One of the highlights during this year was having the chance to tour the 220-square-foot home with architect and designer . They both have an incredible passion for design, and L41 is a beautiful example of their dedication to sustainability.
For Katz and Corne, it was important that they didn’t just set out to design the smallest possible house, but to find out how small they could build a house that was still delightful. In their words “we didn’t set out to design a 220 sqft house – we set out to design a delightful house, then measure it.”
They began with where they spend time in their home, and for them the kitchen and family room type area is what they believe is the heart of the home, and that’s what they focused on. They designed a fully functional kitchen and dining area that feels much larger than it really is. The kitchen features all the appliances you would normally expect, a dishwasher, convection oven and microwave, an under-the-counter fridge and freezer, and a washing machine/dryer combo. It also features a state-of-the art magnetic induction stove and a slide out overhead fan.
The living room features a couch that folds out to a bed, a coffee table, chairs, lots of storage, and a computer desk — a custom designed glass sliding door that disappears into the side of the unit gives full access to a outdoor deck and additional storage.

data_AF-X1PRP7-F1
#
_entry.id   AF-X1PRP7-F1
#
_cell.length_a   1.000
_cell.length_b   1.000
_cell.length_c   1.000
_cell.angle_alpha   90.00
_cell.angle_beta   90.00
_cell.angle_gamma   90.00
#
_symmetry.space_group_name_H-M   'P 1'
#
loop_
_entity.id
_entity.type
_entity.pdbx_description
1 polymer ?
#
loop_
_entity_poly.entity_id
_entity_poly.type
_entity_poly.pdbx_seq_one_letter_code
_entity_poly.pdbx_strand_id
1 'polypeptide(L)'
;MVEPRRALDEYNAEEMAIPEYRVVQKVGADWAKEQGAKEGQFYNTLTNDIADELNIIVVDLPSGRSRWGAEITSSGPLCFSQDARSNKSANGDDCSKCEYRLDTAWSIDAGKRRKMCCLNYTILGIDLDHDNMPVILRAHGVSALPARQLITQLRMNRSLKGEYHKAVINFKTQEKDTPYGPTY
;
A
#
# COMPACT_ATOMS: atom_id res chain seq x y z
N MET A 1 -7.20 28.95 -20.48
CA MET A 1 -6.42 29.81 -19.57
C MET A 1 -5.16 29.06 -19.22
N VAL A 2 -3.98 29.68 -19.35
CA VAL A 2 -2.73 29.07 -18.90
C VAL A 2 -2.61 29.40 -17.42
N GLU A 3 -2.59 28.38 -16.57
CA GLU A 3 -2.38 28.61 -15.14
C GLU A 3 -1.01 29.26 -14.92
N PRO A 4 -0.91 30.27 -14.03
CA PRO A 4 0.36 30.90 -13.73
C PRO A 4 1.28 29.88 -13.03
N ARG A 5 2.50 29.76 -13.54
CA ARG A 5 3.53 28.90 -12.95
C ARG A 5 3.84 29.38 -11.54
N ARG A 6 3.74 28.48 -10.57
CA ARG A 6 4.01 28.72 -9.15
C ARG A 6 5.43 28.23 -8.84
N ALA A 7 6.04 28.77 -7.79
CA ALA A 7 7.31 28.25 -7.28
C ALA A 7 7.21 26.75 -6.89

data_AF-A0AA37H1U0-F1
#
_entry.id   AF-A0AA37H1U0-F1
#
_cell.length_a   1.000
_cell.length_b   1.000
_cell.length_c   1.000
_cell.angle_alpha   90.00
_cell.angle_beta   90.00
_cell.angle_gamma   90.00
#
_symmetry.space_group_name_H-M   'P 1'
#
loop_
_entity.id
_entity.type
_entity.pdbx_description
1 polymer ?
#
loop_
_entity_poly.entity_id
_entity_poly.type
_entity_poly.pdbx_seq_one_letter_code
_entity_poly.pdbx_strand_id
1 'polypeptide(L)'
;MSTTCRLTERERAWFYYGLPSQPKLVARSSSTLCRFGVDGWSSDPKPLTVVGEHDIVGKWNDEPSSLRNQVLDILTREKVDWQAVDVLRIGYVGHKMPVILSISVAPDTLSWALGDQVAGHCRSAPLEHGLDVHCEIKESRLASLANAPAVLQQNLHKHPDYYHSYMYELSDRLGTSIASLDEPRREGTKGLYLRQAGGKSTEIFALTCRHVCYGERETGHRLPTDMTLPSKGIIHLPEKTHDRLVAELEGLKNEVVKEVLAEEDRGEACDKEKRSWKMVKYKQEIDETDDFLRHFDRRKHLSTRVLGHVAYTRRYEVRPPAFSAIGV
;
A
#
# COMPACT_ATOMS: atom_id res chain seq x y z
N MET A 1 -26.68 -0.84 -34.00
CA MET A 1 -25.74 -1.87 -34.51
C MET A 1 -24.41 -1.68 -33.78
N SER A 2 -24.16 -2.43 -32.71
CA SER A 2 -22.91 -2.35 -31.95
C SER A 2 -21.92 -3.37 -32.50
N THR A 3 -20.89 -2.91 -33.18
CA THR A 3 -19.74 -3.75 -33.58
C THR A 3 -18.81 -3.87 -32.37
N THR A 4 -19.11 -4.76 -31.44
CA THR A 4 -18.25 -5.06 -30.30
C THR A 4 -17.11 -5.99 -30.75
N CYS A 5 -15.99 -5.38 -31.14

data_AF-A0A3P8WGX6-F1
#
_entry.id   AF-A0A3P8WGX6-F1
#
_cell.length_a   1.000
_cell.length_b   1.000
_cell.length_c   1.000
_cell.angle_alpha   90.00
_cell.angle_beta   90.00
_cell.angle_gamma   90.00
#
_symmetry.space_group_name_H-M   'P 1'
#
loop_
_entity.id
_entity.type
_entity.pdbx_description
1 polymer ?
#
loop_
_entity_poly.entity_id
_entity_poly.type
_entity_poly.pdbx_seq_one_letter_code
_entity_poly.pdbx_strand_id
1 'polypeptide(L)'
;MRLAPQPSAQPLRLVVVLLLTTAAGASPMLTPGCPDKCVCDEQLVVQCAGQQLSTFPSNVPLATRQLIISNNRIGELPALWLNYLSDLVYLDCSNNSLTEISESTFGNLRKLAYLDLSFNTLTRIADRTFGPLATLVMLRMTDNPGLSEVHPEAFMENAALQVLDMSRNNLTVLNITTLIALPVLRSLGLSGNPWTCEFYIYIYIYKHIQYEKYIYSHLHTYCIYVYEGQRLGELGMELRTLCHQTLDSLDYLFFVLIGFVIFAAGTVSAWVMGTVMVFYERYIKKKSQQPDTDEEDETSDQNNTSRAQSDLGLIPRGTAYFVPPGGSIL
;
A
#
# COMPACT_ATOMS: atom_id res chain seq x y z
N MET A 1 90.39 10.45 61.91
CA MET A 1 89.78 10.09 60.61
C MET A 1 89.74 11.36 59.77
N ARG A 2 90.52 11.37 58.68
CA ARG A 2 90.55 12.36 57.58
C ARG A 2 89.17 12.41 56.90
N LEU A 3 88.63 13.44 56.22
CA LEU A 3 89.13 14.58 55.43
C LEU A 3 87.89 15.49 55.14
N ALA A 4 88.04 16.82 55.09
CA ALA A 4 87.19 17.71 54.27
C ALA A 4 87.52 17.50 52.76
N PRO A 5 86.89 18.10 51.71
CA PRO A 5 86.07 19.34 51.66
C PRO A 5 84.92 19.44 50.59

The roof of the L41 generates and stores solar electricity through photovoltaic and solar thermal heating and cooling cells on its green roof. It also happens to be the perfect place for a small garden.
The unit I toured was the 220 sqft studio unit, but they have a one-bedroom unit that is 350 sqft, and a two-bedroom which is 450 sqft. The units are all modular and can be stacked or arranged in many configurations; Katz is currently working on a 12-story building, and he believes that it will be a great example of how density can be increased in low-density single family zones.
One of the advantages of building something so small like the L41, is that it is realistically possible to mass produce. Katz says that there have been many efforts to mass produce buildings but have largely failed; prefabbing large buildings has been problematic to mass production.
The house is built from cross-laminated timber (CLT) that is manufactured in Vancouver, BC Canada. CLT has many of the same properties as concrete, which allows them to stack the units; the biggest difference between concrete and cross-laminated timber is the CLT is completely sustainable. Katz believes that CLT is the world’s most important building material.
The L41 is a model of sustainability and a wonderful example of how design results in innovation without having to sacrifice quality and, in this case, delight.
Photos by Jon Benjamin Photography.
Aaron De Simone covered IDSwest 2011 for otona-nikibi2. Aaron founded and curates , a weekly newsletter, that covers design, fashion, lifestyle and travel.